If you are a fair-weather camper, you probably don't put much thought into how to keep your tanks from freezing. You winterize your rig and tuck it in to hibernate the cold months away. But if you are a full-timer, or interested in wintering somewhere north of the Mason Dixon, then it might be time to consider what potential damage the cold can do to your rig. Think of the roads you travel. Potholes are formed by the pressure of water when it freezes and thaws against the asphalt surface. Why is this important? Your water is housed in plastic tanks and plastic by itself becomes brittle when exposed to sub-freezing temperatures. When the plastic parts on your RV meet with freezing water, they probably aren't going to do much better than the surface of the road.
Some manufacturers offer an "all-weather" or "three seasons" package for those of us who want to extend our travels into the colder months. But if you didn't think about it when you purchased, your plans have changed over the years, or you are a second owner, then you may be thinking about what your next step should be.
There are a few ways to keep under the floor components from freezing. You can add a skirt, keep a heat lamp going on the underside, or keep the inside of your rig nice and toasty and hope if the floor is warm then the items under it will remain partially unfrozen. There is also the option of winterizing your tanks and dry camping relying on campground amenities. But, isn't one of the perks of having your own bathroom so that you don't have to walk up the hill to a community bathroom in the cold?
If you want to fully enjoy your rig in the cold just as you would any other time of the year than it is time to consider adding tank heating pads to your holding and freshwater tanks. Once properly installed they are low maintenance. No checking on them every few hours to make sure they are still working like a heat lamp under your floor. No attaching skirting and then taking it off and putting away when you are ready to hit the road. And no using community toilets. Just peace of mind and the joy of unfrozen tanks.
Tank heater pads come in a variety of shapes and sizes and can be installed singularly, or connected in parallel to maintain temperature in multiple tanks at one time. The slim profile and peel and stick adhesive allows them to be added to the outside of most tanks. We also carry elbow heating pads, in case your elbows get cold, or to extend the warmth of a hug further into your plumbing system as the case may be. We even have one that can be a step heater to keep your step from freezing. Genius!
Also, it seems appropriate to mention here, we have toggle switches as well for heating pads or other toggling needs. When you know the outside temps are going to drop below freezing, you can simply toggle to on and let the heater pad do all the work. These sturdy little switches are built to last and will power on and off repeatedly. Nothing to drag out or cart around. Just the flip of a switch and you are back to relaxing.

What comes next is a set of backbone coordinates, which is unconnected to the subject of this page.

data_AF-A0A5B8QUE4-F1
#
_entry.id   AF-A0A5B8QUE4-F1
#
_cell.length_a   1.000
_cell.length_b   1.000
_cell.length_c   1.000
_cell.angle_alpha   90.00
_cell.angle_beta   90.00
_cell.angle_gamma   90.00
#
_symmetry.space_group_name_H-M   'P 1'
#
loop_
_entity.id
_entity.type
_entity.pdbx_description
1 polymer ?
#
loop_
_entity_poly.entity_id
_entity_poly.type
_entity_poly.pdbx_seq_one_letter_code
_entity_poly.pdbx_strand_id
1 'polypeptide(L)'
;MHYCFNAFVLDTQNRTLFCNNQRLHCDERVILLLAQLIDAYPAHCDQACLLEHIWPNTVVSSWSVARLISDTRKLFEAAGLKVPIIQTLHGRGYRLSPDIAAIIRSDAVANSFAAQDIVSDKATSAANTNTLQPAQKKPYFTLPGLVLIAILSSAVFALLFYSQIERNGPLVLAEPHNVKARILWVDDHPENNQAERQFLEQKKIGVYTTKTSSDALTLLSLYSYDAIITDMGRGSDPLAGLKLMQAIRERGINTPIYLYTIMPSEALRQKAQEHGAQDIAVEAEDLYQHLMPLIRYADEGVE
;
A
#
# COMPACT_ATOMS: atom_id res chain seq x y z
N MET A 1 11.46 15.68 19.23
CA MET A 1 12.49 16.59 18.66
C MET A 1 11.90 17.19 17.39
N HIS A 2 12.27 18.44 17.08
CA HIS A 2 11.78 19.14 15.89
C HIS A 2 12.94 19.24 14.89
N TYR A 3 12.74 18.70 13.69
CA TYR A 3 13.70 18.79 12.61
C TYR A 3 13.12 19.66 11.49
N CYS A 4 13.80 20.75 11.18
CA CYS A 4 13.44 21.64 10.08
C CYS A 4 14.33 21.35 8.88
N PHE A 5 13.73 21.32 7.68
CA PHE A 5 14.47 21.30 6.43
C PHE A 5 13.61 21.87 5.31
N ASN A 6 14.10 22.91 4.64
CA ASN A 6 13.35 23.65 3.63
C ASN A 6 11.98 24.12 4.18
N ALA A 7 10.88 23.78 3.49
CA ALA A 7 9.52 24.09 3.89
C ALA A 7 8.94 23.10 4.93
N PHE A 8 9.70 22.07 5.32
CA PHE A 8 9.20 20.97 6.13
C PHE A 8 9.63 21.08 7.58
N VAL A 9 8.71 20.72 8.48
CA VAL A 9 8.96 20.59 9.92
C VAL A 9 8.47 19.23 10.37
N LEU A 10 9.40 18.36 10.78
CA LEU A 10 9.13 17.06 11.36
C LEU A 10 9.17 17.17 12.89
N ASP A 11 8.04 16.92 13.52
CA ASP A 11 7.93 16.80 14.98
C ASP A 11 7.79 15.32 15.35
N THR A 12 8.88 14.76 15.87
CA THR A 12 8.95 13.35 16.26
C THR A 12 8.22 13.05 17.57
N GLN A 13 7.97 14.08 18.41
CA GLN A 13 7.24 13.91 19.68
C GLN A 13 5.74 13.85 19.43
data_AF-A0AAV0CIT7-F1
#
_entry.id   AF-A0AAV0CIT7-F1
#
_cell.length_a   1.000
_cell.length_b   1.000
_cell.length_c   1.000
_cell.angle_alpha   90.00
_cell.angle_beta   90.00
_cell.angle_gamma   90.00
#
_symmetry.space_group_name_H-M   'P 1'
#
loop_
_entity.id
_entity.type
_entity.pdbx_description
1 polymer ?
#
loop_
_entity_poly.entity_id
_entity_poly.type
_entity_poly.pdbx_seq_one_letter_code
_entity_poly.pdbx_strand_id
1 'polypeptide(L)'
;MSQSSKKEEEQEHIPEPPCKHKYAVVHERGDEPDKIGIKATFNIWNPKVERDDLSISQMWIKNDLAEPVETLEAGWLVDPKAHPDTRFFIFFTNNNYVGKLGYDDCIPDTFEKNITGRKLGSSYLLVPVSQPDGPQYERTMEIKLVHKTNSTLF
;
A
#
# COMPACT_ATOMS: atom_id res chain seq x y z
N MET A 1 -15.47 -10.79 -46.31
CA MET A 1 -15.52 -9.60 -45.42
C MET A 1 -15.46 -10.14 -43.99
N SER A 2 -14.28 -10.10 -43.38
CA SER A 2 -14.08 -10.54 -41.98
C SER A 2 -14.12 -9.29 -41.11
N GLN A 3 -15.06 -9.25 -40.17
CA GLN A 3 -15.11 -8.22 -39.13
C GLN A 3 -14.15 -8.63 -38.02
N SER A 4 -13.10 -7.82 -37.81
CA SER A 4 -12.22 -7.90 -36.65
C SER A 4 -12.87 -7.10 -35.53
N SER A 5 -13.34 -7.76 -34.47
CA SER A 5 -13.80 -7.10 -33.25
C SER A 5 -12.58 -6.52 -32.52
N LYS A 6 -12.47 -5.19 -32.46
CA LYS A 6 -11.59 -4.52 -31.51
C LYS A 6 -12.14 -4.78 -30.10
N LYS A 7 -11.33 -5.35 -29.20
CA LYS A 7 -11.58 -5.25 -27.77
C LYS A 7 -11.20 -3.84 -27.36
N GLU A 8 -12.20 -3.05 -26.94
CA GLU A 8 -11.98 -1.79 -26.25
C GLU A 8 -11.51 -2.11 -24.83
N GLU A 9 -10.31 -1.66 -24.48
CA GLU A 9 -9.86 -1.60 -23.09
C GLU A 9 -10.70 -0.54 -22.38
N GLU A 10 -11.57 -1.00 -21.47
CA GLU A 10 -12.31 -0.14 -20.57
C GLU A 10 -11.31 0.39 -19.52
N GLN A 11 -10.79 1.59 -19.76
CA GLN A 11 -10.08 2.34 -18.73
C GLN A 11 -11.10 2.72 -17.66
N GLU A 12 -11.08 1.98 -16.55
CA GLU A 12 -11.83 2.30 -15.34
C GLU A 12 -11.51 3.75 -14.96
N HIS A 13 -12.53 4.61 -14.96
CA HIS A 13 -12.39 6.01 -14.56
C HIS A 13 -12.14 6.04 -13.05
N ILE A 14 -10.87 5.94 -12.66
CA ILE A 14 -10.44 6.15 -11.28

One great feature about heating pads from RecPro is they are thermostatically controlled. That means if you've toggled them on, they will cycle on and off as needed. No need to peek in on them like sick children in the middle of the night.
Heating pads can be used in conjunction with other methods to maximize effectiveness. And maximizing effectiveness equates to maximizing your RV enjoyment. With so many winter fun destinations available, don't waste your time babysitting your tanks. Let RecPro give you peace of mind with some tank heater pads and get back to your adventure!
The heater pads are designed to work continuously in freezing temperatures only, and fluids must be present. You can test the Heat Panel in the following way:
Locate the built-in temperature sensor, placed close to where the power leads enter the heat panel. A hard lump approx. 1in x 3/8 in (2.54cm X .95cm)
Power 'on' the heat panel.
Place a small bag containing crushed ice, or a bag containing Dry Ice, over and against the back of the heat panel where the sensor is located. You have to fool the sensor into thinking it's colder than 44° F (7° C). Depending on the ambient temperature, this may take a while.
While holding the ice in place with one hand (or other temporary methods), place your other hand on another point on the backing, in the center of the panel. At some point you will feel the panel start to heat up a little, when this happens you know everything is wired and functioning in the correct manner.
Power 'off' the heat panel.
Only turn it on if the external temperatures are at or below freezing and will remain so and when fluids are present in the system.
Power it off once the external temperature goes above freezing and will remain so or when the fluids have been removed from the system
We recommend having a separate switch for the gray, black, and fresh tanks because the levels of fluids can differ between them. If you have all of the pads on one switch, then you will need to put water in the gray and black tanks even if they are not being used as much as the fresh tank